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Scholarly Interest Report
         
Simon Fischer-Baum
Assistant Professor
Assistant Professor of Psychology
 
e-mail:Simon.J.Fischer-Baum@rice.edu
 
  • Ph.D. Cognitive Science (2010) Johns Hopkins University, Baltimore, MD
  • B.A. Neuroscience & Behavior (2003) Columbia University, New York City, NY
  • M.A. Cognitive Science (2007) Johns Hopkins University, Baltimore, MD
 
Primary Department
   Department of Psychology
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Department Affiliations
 
  • Cognitive Sciences Program
  • Neuroscience Program
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    Websites
     Personal Website
     
    Research Areas
     Cognitive Neuropsychology, Cognitive Neuroscience, Computational and Mathematical Approaches to Cognition, Written and Spoken Language Processing, Short-term Memory
     
    Teaching Areas
     Psycholinguistics, memory, cognitive neuroscience, cognitive neuropsychology
     
    Selected Publications
     Refereed articles
     

    Fischer-Baum, S. (2015). How much better?: The challenge of interpreting interactions in intervention studies. Aphasiology.

     
     

    Fischer-Baum, S. & Englebretson, R.. (submitted). Orthographic units in the absence of visual processing:  Evidence from sublexical structure in braille. Cognition.

     
     

    Fischer-Baum, S. & McCloskey, M. (2015) Representation of item position in verbal short-term memory: Evidence from intrusion errors. Journal of Experimental Psychology: Learning, Memory and Cognition, 41, 1426-1446

     
     

    Fischer-Baum, S., Miozzo, M., Laiacona, M. & Capitani, E. (submitted) Perseveration during verbal fluency in traumatic brain injury reflects impairments in working memory. Neuropsychology.

     
     

    Miozzo, M., Petrova, A., Fischer-Baum, S. & Peressotti, F. (in revision) Serial position encoding in signs. Cognition.

     
     

    Rapp, B., Fischer-Baum, S. & Miozzo, M. (2015). Modality and morphology: What we write may not be what we say. Psychological Science, 26, 892-902.

     
     

    Fischer-Baum, S. (2013) Making sense of deviance: Identifying dissociating cases in the case series approach. Cognitive Neuropsychology, 30, 597-617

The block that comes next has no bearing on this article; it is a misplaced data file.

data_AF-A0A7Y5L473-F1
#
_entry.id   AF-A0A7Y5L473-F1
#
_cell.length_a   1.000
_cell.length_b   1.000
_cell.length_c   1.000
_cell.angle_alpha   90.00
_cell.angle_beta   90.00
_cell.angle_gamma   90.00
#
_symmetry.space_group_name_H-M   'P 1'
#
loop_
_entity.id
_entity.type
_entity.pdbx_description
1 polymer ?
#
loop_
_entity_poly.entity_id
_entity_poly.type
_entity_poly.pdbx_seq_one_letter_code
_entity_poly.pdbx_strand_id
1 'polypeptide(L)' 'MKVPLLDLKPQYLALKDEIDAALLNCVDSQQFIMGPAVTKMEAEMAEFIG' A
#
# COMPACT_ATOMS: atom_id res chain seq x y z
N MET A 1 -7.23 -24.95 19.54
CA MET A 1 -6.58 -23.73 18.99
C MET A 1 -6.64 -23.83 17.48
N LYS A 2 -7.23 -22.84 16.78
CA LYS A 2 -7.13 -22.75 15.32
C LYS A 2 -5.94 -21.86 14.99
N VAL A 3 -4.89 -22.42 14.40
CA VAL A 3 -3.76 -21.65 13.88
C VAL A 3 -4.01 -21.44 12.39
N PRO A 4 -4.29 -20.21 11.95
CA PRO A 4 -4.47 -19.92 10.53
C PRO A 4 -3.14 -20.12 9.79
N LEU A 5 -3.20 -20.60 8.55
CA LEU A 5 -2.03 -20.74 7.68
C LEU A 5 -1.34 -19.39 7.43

Fischer-Baum, S.  & Rapp, B. (2014). The analysis of perseverations in acquired dysgraphia reveals the internal structure of orthographic representations. Cognitive Neuropsychology, 31, 237-265..

     
     

    McCloskey, M., Fischer-Baum, S & Schubert, T. (2013). Representation of letter position in single-word reading: Evidence from acquired dyslexia. Cognitive Neuropsychology, 30, 396-438.

     
     

    Fischer-Baum, S. & Gonsalves, B. (2013). Stuck in the past: Neural events that predict prior list intrusions. Psychological Science, 24, 742-750.

     
     

    Miozzo, M., Fischer-Baum, S. & Caccappolo-van Vliet, E. (2013). Perseverations in Alzheimer’s Disease: Memory slips? Cortex. 49, 2028-2039.

     
     Book chapters
     

    Rapp, B. & Fischer-Baum, S. (2015). Uncovering the cognitive architecture of spelling. In A. Hillis (ed). Handbook of Adult Language Disorders. Hove: Psychology Press.

     
     

    Rapp, B. & Fischer-Baum, S. (2014). The structure of orthographic representations. In V. Ferreria, M. Goldrick & M. Miozzo (eds.) Oxford Handbook of Language Production. New York: Oxford University Press. 

     
     Refereed conference papers
     

    Chang, C. B., & Fischer-Baum, S. (2015). The effect of semantic predictability on vowel production with pure word deafness. In The Scottish Consortium for ICPhS 2015 (Ed.),Proceedings of the 18th International Congress of Phonetic Sciences. Glasgow, UK: The University of Glasgow.

     
     

    Fischer-Baum, S. & Kajander, D. (2014).  Can words be read without abstract letter identities? Frontiers in Psychology   

     
     

    Fischer-Baum, S. (2013). General principles of serial order. Procedia – Social and Behavioral Sciences, 94, 216-217.

     
     

    Ries, S. & Fischer-Baum, S. (2013). Cross-domain approaches to the language puzzle. Procedia – Social and Behavioral Sciences, 94, 211.